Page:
3.1. Writing a Reusable Module for Data Access

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While some people argue that writing a reusable module creates some additional overhead, this is a good way to get introduced to pulling data using VBA. I suggest building a module that returns a database connection when you pass it certain parameters. A module holds procedures and functions and can be saved as a text file, which makes it very easy to use in other applications. While it is certainly easy enough to write the code to access a data source each time you need it, having a module written that you know works can reduce the variables when building an application. Even if you do not use it in production, you can always copy the code from the module to use in future applications. I use this same concept of writing a generic procedure to perform actions like dropping tables, running action queries, and other database tasks that will be done the same way on multiple objects. This way, I only have to write the code once.

The key to using this method is passing the parameters by reference (with ByRef). When you pass parameters to a procedure, you can either pass the value of the parameter or pass a reference to the variable. When you pass the value, the procedure gets the value and cannot change the original value for the calling procedure (provided that it is not a global variable). When you pass the variable ByRef, any action done on that variable in the called procedure is done on that variable in the calling procedure.

For example, let's assume that you have an integer variable x, and you want to pass it to a procedure to perform some math function on it. Then you want to use the result, and you do not need to know the original value later. You could write a function called DoMath and pass it your variable. You would create a variable in your original procedure to hold the value of the function that is returned. The other method is to create a procedure called DoMath but pass the variable x as ByRef. Then when you change the value of x in that procedure, the value of x is also updated in the original procedure. While that is a simplistic example, I hope it explains how this can be useful. In the project in the final chapter, you will see an example of how both of these concepts work in a sample application.

Example 3-1 uses ActiveX Data Objects (ADO), but you could also write it using Data Access Objects (DAO). When you decide which one you want to use, you must set a reference to either ADO, ADOX, or DAO by going into the Visual Basic Editor and pressing Alt + F11 from the Excel User Interface. Then you go to Tools References and select the appropriate reference.

The procedure in Example 3-1, called GetCn , creates a new data connection with ADO and opens a recordset with the specified SQL. Once this procedure finishes running, the calling procedure can reuse the Connection and Recordset objects because the connection and recordset variables are passed ByRef.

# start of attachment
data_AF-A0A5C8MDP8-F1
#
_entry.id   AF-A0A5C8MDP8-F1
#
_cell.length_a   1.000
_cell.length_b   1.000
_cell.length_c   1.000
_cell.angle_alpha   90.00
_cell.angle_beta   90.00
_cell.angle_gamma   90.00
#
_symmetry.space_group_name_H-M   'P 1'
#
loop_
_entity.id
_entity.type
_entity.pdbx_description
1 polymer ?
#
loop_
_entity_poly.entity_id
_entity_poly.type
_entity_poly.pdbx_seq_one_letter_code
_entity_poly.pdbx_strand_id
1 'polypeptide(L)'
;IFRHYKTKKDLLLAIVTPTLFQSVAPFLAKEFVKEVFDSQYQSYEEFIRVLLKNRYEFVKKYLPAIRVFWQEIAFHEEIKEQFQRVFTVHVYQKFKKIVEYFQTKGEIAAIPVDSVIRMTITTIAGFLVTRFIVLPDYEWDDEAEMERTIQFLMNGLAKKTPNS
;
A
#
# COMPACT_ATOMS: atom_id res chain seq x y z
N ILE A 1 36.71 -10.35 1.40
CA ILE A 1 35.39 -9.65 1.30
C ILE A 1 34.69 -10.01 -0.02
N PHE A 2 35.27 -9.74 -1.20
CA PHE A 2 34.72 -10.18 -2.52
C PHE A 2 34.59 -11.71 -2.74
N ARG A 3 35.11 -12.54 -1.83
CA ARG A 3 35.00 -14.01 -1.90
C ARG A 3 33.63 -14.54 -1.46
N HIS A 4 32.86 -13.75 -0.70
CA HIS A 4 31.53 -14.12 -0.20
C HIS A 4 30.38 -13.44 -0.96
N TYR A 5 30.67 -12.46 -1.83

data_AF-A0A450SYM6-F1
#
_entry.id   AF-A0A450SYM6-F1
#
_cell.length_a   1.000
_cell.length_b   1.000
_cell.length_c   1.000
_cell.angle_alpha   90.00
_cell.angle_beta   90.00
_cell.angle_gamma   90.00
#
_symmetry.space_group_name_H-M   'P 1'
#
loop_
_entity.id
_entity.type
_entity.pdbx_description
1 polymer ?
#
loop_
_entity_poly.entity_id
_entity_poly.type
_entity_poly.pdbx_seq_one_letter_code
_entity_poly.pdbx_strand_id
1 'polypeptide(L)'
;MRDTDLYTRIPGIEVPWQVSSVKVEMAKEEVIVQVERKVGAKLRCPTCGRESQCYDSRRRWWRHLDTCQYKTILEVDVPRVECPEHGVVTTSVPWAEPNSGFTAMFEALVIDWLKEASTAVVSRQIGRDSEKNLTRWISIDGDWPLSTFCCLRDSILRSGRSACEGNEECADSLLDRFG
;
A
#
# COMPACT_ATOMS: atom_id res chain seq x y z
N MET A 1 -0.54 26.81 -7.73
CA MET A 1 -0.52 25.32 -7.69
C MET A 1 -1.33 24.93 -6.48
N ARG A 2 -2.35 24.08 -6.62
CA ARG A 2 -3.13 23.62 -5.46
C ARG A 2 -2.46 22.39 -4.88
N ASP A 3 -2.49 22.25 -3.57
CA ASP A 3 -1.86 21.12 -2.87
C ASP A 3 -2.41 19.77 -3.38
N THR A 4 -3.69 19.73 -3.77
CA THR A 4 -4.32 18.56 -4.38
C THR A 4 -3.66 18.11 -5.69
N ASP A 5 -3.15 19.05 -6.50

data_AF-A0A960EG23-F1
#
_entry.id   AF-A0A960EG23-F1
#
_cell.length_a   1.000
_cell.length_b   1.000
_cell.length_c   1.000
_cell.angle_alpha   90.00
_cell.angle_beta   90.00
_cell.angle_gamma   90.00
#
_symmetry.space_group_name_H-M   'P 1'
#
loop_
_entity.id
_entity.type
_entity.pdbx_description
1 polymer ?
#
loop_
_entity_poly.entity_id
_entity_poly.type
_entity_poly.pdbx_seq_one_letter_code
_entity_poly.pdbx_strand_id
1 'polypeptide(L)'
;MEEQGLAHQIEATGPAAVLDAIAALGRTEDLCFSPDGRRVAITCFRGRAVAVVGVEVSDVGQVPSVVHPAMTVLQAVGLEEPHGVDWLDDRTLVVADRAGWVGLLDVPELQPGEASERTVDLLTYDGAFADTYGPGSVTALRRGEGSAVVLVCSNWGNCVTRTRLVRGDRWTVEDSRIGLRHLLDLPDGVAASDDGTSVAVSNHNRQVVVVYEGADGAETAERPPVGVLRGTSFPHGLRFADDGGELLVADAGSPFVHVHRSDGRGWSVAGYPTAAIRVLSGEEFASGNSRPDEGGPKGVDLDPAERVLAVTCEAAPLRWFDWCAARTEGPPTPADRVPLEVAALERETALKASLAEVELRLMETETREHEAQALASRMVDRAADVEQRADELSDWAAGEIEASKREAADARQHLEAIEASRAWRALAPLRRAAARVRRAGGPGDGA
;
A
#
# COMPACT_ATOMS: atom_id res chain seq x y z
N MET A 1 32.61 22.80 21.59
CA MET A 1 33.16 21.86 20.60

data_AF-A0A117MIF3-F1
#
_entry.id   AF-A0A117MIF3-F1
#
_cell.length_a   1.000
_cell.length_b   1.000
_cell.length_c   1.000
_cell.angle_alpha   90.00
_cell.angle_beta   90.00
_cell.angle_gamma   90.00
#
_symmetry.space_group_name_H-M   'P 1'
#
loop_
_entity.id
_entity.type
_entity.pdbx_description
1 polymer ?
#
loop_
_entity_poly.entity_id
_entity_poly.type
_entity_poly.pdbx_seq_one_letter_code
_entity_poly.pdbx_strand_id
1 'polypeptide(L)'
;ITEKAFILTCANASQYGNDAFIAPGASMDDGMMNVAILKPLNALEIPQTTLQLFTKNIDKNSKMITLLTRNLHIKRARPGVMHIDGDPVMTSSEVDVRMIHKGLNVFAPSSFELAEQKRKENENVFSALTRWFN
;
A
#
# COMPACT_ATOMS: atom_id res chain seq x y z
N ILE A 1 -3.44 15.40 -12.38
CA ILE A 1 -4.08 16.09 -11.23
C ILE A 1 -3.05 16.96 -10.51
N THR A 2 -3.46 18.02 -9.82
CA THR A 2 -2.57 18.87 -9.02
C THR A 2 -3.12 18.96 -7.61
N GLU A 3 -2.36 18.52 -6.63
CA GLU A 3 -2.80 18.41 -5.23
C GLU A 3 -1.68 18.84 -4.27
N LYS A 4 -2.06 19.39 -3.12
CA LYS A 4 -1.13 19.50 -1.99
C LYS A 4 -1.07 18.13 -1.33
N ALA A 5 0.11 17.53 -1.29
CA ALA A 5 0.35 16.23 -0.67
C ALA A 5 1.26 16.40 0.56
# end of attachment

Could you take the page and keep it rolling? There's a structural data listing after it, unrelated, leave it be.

Example 3-1. ADO connection
 Public Sub GetCn(ByRef dbcon As ADODB.Connection, ByRef dbrs As ADODB.Recordset, _    sqlstr As String, dbfile As String, usernm As String, pword As String)   Set dbcon = New ADODB.Connection   dbcon.Open "PROVIDER=Microsoft.Jet.OLEDB.4.0;Data Source=" & dbfile & ";", _               usernm, pword   Set dbrs = New ADODB.Recordset   dbrs.Open sqlstr, dbcon End Sub 

In any procedure where you need to create a connection to an Access database and return a recordset, you can call this procedure. In order to use it, declare variables for the ADO connection and recordset to be passed to the GetCn procedure. You can either use variables for the SQL string and the filename or simply pass them as strings. The same thing applies to the username and password. If your Access Database is not password-protected, you can pass an empty string (" ") for the username and password.

Example 3-2 shows a procedure that returns all of the records from a table called Table1 in a database called sampledb.mdb. This example also introduces a method of the ExcelRange called CopyFromRecordset . This method places all of the records from the recordset in the Excel worksheet.

Example 3-2. Introducing CopyFromRecordset
 Public Sub getrs( ) Dim adoconn As ADODB.Connection Dim adors As ADODB.Recordset Dim sql As String Dim filenm As String sql = "Select * from Table1" filenm = "C:\Data\sampledb.mdb" Call GetCn(adoconn, adors, sql, filenm, "", "") Dim xlsht As Excel.Worksheet Set xlsht = Sheets("Sheet1") xlsht.Range("A1").CopyFromRecordset adors adors.Close adoconn.Close Set adors = Nothing Set adoconn = Nothing Set xlsht = nothing End Sub 

Keep in mind that anytime before you close the ADO connection, you can use it to open additional recordsets or perform any other functions. Again, this procedure is really only for demonstration purposes, but you could certainly use it if you had multiple features that needed to obtain recordsets.

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    Integrating Excel and Access
    Integrating Excel and Access
    ISBN: 0596009739
    EAN: 2147483647
    Year: 2005
    Pages: 132

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